Moderated Poster

Poster, Podium & Video Sessions

MP23-02: A Step Towards Clinical Application of Acellular Matrix: A Clue from Macrophage Polarization

Saturday, May 13
7:00 AM - 9:00 AM
Location: BCEC: Room 151

Presentation Authors: Astgik Petrosyan*, Stefano Da Sacco, Nikita Tripuraneni, Los Angeles, CA, Ursula Kreuser, Nijmegen, Netherlands, Maria Lavarreda-Pearce, Los Angeles, CA, Riccardo Tamburrini, Winston Salem, NC, Roger E. De Filippo, Orlando Giuseppe, Los Angeles, CA, Paolo Cravedi, New York, NY, Laura Perin, Los Angeles, CA

Introduction: The outcome of tissue engineered organ transplants depends on the capacity of the biomaterial to promote a pro-healing response once implanted in vivo. Multiple studies, including ours, have demonstrated the possibility of using the extracellular matrix (ECM) of animal organs as a platform for tissue engineering and more recently, discarded human organs have also been proposed as a scaffold source. It is known that natural matrices present diverse immune properties when compared to artificial biomaterials. However, how these properties compare between diseased and healthy ECM and artificial scaffolds has not yet been defined.

Methods: We used decellularized renal ECM derived from WT mice and from mice affected by Alport Syndrome as a model of renal failure with extensive fibrosis, at different time-points of disease progression. We characterized the morphology and composition of these ECMs and compared their in vitro effects on macrophage activation with that of synthetic scaffolds commonly used in the clinic (collagen type I and poly-L-(lactic) acid, PLLA).

Results: We showed that ECM derived from Alport kidneys differed in fibrous protein deposition (col I, col IVα1,2 and fibronectin) and cytokine content (Resistin, TIM-1/ KIM-1, DPPIV/CD26 and Reg3G) when compared to ECM derived from WT kidneys. Yet, both WT and Alport renal ECM induced macrophage differentiation mainly towards a reparative (M2) phenotype (reduced CD80), while artificial biomaterials towards an inflammatory (M1) phenotype. Anti-inflammatory properties of natural ECMs were lost when homogenized, hence three-dimensional structure of ECM seems crucial for generating an anti-inflammatory response.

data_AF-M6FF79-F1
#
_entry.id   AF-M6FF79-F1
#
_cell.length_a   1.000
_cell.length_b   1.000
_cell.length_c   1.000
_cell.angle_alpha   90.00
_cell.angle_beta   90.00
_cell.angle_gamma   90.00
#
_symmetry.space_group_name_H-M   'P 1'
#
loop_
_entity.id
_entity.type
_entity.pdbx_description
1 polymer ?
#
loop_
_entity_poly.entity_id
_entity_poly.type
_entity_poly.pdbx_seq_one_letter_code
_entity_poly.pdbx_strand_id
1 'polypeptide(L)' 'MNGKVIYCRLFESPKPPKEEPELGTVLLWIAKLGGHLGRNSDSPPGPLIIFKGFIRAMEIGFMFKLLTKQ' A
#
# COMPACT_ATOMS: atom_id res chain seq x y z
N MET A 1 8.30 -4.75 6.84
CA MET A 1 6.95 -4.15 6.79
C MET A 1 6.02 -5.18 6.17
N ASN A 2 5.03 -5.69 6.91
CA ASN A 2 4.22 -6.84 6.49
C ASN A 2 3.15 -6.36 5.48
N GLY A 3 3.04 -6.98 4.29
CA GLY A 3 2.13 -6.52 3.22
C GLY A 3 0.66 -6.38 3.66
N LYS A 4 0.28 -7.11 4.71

Conclusions: Together, these data support the notion that natural ECM, even if derived from diseased kidneys promote a M2 protolerogenic macrophage polarization, thus providing novel insights on the applicability of ECM obtained from discarded organs as ideal scaffold for tissue engineering.

Source Of Funding: GOFARR Laboratory

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MP23-02: A Step Towards Clinical Application of Acellular Matrix: A Clue from Macrophage Polarization



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